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Protein found in tardigrades shown to slow down human ageing

Protein found in tardigrades shown to slow down human ageing

Scientists have found that tardigrade proteins can slow down metabolism in human cells, an advance that could one day lead to technologies that slow the ageing process.

Tardigrades, or water bears, are one of the world’s most indestructible life forms, showing the ability to survive extreme conditions.

They can survive being completely dried out, frozen, heated to over 300 degrees Fahrenheit (150C), irradiated several thousand times beyond what a human can withstand, and even survive the vacuum of outer space.

Previous studies have shown that these creatures, measuring less than half a millimeter long, can enter a vegetative state to shield their bodies when exposed to extreme conditions.

Scientists have sought to find the exact mechanisms used by tardigrades to enter and exit from this state of suspended animation when they are faced with environmental stresses.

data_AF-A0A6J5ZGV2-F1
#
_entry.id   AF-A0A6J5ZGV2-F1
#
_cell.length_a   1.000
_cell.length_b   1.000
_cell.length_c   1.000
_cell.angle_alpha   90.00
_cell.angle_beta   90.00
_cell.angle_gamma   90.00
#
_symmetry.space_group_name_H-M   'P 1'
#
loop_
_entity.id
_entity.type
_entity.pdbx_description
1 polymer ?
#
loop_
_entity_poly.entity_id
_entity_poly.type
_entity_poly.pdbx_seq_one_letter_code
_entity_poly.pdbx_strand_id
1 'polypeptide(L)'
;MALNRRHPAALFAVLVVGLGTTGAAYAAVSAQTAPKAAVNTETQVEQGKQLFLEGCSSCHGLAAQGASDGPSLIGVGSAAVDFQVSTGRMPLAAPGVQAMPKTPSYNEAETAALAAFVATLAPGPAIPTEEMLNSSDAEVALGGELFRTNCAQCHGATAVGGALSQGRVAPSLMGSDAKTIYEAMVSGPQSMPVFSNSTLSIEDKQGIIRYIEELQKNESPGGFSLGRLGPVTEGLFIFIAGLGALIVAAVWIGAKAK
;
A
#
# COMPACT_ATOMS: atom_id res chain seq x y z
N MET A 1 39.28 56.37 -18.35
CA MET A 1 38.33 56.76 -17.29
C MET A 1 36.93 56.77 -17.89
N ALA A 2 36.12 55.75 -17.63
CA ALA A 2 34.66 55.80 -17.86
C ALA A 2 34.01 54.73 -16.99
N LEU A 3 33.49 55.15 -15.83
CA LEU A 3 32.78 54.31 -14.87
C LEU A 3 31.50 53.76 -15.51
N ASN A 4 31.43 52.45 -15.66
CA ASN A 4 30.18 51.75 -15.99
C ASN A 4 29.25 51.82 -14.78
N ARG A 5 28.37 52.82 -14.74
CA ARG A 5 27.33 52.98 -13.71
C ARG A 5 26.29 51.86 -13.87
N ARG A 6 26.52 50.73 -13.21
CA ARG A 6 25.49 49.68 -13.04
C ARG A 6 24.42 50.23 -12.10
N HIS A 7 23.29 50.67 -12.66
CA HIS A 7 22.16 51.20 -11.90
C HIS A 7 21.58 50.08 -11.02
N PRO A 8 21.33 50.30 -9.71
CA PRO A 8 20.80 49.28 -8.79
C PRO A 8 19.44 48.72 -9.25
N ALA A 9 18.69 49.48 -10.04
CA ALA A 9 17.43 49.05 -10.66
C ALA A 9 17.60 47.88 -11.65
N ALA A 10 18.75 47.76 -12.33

Now a research team led by the University of Wyoming (UW) in the US has found that the water bears use proteins that form gels inside their cells to slow down life processes.

When these proteins were introduced into human cells, they discovered that the molecules gel and slow down metabolism, just like in tardigrades.

Researchers also found that when human cells producing these tardigrade proteins were put into a state of suspended animation, the cells became more resistant to stresses.

The process, conferring some of the water bears’ abilities to human cells, was also found to be reversible.

“When the stress is relieved, the tardigrade gels dissolve, and the human cells return to their normal metabolism,” study co-author Thomas Boothby from UW said.

Previous research found that versions of tardigrade proteins can be used to stabilise an important pharmaceutical used to treat people with haemophilia.

The latest finding may lead to the development of new technologies centred on the induction of suspended animation in cells or even whole organisms to slow ageing.

It also provides additional evidence that proteins from tardigrades could eventually be used to make life-saving treatments available to people where refrigeration is not possible and enhance the storage potential of therapies like stem cells.